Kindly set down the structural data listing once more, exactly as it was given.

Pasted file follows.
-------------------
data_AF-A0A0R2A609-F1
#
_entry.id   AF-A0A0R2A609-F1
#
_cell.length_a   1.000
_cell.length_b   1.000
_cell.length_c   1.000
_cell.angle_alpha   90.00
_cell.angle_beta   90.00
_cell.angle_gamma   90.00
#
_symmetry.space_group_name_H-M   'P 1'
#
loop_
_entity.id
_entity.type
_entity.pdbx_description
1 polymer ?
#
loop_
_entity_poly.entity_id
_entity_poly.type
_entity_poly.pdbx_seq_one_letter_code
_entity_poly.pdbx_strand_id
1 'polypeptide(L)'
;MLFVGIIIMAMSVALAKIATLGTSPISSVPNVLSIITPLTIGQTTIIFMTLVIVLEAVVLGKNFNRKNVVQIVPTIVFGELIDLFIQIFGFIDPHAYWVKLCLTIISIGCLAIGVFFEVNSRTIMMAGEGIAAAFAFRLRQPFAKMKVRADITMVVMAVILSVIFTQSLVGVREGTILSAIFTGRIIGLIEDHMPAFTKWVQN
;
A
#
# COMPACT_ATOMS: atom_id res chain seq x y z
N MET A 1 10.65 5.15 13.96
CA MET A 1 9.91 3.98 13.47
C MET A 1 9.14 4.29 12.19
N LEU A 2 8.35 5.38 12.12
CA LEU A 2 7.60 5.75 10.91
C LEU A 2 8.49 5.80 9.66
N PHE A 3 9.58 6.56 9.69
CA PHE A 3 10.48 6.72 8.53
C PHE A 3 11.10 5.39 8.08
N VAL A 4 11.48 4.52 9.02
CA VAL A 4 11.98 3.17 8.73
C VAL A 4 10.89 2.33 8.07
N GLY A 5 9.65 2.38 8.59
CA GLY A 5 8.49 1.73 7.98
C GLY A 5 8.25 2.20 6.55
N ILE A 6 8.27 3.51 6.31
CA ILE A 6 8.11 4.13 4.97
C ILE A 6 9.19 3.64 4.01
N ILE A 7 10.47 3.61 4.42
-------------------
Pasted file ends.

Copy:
data_AF-A0A0R2A609-F1
#
_entry.id   AF-A0A0R2A609-F1
#
_cell.length_a   1.000
_cell.length_b   1.000
_cell.length_c   1.000
_cell.angle_alpha   90.00
_cell.angle_beta   90.00
_cell.angle_gamma   90.00
#
_symmetry.space_group_name_H-M   'P 1'
#
loop_
_entity.id
_entity.type
_entity.pdbx_description
1 polymer ?
#
loop_
_entity_poly.entity_id
_entity_poly.type
_entity_poly.pdbx_seq_one_letter_code
_entity_poly.pdbx_strand_id
1 'polypeptide(L)'
;MLFVGIIIMAMSVALAKIATLGTSPISSVPNVLSIITPLTIGQTTIIFMTLVIVLEAVVLGKNFNRKNVVQIVPTIVFGELIDLFIQIFGFIDPHAYWVKLCLTIISIGCLAIGVFFEVNSRTIMMAGEGIAAAFAFRLRQPFAKMKVRADITMVVMAVILSVIFTQSLVGVREGTILSAIFTGRIIGLIEDHMPAFTKWVQN
;
A
#
# COMPACT_ATOMS: atom_id res chain seq x y z
N MET A 1 10.65 5.15 13.96
CA MET A 1 9.91 3.98 13.47
C MET A 1 9.14 4.29 12.19
N LEU A 2 8.35 5.38 12.12
CA LEU A 2 7.60 5.75 10.91
C LEU A 2 8.49 5.80 9.66
N PHE A 3 9.58 6.56 9.69
CA PHE A 3 10.48 6.72 8.53
C PHE A 3 11.10 5.39 8.08
N VAL A 4 11.48 4.52 9.02
CA VAL A 4 11.98 3.17 8.73
C VAL A 4 10.89 2.33 8.07
N GLY A 5 9.65 2.38 8.59
CA GLY A 5 8.49 1.73 7.98
C GLY A 5 8.25 2.20 6.55
N ILE A 6 8.27 3.51 6.31
CA ILE A 6 8.11 4.13 4.97
C ILE A 6 9.19 3.64 4.01
N ILE A 7 10.47 3.61 4.42